Over the last week I got all the materials together for the completion of the large ceiling in the big machinery and maintenance shed.
In my Walter Mitty dream, I imagined that I would be able to collect together sufficient old recycled corrugated iron roofing to do this ceiling. But alas, I couldn’t find enough to do the job. I was sort of counting on one particular old rusty corrugated iron roof being replaced before now, and I had my name on it. But it stubbornly remained in place. I have run out of time now. I need to start to put some machinery in the shed soon, and once that is done, there is no chance of moving the mobile scaffolding around on the empty floor.
I managed to recover over 130 sheets of iron from the old feed mill demolition job, that my friend Andy helped me with, but that was only enough to finish all the internal walls and do 2 ceilings. I had 5 sheets left over at the end of that saga. That left 2 more ceilings to be insulated and lined. I decided to use some very cheap bracing plywood sheets to do the last two ceilings in the gallery and pottery. I was more or less out of options, as any other material is too expensive for our increasingly restrained budget. So I decided to ask Andy what he could think of, as he is a clever and very experienced builder, and I am running out of energy and ideas. He came up with the great thought of using rolls of ‘anticon’ style insulation. This is a type of wide roll of insulwool insulation bonded to a heavy duty layer of aluminium foil blanket.
This provides three solutions in one product.
1. It’s not too expensive.
2. it provides insulwool insulation 75mm thick, at an R factor rating of 1.8. Only moderate, but just enough to be useful. Better than the existing aluminised foil backed foam that I had the builder put up under the roofing as anticon. That aluminised foil backed foam only has an R rating of 0.2 So almost anything is better than not having any more insulation up there.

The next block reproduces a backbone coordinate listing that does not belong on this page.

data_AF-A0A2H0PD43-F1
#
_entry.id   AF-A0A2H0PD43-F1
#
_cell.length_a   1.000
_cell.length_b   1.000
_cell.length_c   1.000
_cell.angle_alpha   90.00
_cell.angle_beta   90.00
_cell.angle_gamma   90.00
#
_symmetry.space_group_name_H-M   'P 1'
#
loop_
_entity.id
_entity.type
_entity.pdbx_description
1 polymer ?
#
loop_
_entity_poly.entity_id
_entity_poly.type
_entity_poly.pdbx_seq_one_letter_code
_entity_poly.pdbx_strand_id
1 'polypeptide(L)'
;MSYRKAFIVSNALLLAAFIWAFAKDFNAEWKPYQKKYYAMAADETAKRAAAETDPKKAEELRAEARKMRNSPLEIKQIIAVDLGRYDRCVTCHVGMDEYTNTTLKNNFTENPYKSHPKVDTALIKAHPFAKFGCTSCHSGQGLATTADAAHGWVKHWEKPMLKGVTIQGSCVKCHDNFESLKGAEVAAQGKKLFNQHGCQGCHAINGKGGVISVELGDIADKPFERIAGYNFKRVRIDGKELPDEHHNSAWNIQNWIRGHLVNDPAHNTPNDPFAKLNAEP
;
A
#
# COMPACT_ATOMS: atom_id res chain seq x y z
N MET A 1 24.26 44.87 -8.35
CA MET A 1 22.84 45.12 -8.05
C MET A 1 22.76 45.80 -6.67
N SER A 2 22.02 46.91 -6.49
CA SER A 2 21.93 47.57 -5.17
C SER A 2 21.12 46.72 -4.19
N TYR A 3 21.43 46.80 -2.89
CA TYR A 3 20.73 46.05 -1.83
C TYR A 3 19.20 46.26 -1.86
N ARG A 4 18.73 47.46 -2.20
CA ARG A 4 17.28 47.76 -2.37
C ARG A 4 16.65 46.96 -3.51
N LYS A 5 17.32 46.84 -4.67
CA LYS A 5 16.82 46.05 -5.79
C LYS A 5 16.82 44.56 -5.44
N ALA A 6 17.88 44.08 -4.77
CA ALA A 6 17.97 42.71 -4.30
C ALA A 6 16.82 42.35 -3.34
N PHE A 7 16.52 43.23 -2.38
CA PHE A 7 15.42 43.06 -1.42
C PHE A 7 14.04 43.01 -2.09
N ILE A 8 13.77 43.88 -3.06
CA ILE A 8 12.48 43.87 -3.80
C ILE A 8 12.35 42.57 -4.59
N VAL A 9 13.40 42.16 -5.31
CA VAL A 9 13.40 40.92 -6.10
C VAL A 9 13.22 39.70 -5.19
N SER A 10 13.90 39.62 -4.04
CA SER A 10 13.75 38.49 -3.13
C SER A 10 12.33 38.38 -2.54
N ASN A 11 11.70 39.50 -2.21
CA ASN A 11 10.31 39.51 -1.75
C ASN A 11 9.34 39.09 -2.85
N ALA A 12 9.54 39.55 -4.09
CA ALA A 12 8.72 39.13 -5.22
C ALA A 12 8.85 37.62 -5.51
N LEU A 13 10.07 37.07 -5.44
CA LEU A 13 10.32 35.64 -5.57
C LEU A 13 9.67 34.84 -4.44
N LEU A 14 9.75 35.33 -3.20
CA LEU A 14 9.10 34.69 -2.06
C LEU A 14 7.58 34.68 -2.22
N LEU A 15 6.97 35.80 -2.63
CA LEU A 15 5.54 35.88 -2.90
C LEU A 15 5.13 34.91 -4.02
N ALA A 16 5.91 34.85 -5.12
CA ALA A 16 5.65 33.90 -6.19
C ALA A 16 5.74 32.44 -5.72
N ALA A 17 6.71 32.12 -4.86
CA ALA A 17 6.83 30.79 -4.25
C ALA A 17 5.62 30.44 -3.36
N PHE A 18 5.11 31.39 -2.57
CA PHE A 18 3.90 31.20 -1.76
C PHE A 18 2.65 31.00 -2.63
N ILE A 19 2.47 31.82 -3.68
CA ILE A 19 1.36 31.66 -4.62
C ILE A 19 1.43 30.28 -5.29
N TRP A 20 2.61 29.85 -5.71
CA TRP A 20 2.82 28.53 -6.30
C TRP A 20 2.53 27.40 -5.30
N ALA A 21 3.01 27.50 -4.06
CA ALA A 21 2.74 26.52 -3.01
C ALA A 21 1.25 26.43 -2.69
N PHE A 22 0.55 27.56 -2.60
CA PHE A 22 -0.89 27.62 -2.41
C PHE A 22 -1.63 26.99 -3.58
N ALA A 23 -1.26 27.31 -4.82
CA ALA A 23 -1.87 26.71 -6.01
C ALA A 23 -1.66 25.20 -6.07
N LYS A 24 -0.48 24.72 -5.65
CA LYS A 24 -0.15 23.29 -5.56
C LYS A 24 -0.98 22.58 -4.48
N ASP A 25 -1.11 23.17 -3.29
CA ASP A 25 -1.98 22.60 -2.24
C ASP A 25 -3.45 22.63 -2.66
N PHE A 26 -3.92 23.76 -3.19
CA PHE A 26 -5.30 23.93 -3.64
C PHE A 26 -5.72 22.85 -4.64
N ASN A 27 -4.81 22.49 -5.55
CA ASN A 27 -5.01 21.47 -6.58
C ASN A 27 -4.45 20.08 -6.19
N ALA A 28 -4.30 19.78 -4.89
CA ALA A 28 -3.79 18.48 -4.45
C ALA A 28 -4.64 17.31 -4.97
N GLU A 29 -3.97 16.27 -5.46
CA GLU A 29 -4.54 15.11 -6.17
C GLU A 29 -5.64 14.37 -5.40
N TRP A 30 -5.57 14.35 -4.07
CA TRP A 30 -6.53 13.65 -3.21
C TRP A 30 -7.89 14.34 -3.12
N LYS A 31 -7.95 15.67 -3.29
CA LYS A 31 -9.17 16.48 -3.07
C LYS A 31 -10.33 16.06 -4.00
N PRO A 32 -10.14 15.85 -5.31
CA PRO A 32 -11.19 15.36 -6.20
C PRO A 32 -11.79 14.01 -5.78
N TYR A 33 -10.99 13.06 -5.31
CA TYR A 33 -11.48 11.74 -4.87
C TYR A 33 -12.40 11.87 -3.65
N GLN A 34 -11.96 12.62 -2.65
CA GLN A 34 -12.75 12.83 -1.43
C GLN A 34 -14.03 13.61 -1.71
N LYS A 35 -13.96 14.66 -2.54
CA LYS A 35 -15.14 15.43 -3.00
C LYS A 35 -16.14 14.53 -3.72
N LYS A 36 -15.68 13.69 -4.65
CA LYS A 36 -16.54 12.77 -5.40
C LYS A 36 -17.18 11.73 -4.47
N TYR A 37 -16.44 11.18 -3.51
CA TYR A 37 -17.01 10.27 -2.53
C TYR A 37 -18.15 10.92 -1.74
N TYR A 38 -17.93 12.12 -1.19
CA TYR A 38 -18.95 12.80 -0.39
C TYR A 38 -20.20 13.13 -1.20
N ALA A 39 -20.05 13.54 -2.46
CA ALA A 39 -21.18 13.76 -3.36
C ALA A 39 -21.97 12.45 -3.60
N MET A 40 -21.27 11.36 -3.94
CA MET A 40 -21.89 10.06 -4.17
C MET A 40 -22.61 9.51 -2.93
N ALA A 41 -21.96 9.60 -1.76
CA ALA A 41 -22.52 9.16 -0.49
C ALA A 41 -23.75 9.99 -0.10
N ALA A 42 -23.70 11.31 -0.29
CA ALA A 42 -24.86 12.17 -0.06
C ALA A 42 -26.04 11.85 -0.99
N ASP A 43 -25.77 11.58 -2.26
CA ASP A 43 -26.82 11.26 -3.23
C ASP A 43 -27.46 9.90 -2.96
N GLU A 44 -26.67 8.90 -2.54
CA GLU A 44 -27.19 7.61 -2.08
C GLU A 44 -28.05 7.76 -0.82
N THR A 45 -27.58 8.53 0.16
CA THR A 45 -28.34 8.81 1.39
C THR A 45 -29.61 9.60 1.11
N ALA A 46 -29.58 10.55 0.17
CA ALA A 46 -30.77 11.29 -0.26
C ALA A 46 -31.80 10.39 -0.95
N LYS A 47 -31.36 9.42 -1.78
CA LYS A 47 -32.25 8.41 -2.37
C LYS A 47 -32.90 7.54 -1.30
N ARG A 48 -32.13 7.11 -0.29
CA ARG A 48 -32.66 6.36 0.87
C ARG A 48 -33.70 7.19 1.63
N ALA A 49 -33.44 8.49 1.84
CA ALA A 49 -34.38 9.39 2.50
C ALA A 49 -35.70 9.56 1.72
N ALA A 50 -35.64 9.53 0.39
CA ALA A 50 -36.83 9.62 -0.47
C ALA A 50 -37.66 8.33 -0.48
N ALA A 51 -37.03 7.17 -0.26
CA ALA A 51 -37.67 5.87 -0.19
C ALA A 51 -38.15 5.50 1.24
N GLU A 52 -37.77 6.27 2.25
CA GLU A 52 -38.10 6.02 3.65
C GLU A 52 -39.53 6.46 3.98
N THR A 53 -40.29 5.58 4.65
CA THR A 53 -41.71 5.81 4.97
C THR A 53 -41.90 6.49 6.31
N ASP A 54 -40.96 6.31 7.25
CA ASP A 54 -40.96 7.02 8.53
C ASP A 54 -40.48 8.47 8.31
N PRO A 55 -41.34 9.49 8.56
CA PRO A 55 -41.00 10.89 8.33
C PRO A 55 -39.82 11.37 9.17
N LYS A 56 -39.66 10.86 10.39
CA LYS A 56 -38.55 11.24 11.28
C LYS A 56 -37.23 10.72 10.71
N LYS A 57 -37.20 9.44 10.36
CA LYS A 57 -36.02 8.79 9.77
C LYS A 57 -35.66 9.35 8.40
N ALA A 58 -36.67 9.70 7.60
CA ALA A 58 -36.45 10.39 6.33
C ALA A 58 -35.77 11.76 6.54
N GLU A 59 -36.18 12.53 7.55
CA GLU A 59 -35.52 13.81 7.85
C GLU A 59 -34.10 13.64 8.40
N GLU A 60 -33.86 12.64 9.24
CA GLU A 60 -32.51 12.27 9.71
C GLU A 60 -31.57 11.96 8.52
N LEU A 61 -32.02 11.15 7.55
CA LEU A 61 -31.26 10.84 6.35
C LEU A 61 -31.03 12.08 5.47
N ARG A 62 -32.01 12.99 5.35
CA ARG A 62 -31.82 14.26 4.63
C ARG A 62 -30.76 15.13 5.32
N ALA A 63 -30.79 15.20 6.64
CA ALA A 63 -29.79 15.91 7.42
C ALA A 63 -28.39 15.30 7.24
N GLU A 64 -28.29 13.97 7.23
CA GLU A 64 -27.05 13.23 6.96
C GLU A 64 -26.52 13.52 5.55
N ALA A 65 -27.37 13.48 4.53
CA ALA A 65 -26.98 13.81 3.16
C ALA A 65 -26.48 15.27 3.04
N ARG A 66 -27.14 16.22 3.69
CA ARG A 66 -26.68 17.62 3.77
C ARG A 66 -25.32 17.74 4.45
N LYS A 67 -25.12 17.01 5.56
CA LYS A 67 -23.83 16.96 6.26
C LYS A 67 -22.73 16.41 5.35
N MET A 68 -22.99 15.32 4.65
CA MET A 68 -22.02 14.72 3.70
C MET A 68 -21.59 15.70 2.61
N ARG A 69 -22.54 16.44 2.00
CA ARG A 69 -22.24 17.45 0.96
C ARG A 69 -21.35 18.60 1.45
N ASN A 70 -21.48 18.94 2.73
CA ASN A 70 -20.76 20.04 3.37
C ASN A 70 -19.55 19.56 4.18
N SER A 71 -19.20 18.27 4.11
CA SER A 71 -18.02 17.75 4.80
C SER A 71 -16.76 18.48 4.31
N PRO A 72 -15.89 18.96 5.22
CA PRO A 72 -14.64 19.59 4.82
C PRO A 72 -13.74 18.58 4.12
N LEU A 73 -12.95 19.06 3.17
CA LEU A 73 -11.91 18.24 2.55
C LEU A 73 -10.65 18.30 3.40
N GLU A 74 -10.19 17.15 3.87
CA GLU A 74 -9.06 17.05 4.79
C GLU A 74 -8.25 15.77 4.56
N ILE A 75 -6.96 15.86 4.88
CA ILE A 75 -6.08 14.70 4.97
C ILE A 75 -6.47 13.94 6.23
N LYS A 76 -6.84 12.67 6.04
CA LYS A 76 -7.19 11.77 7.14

3. The silver fabric can be screwed to the ceiling top-hat rafters to hold it up in place with some wide washers. A little bit difficult, slow and fiddly, but not impossible.
4. It’s non flammable!
I had Andy and Tim here for one more day last week. That’s the 5th day that I have employed them, and we have completed 5 ceilings. We managed to get this ceiling up in the one day. Installing 11 rolls of insulwool and using almost 600 x 40mm. dia. wide washers and metal ‘tek’ screws to hold it all up.
This quilted looking ceiling is not my best option, but is what is achievable and affordable. It’s done now and will have to do.
A total of R2.0 insulation is OK and the 3 layers of silver foil with a confined, still air, gap will cut the summer heat very well I’m reasonably confident. it looks a bit Dr. Who – space age – 2001 A workspace odyssey. But I’ll be busy working in there and won’t be wasting any time spent looking up.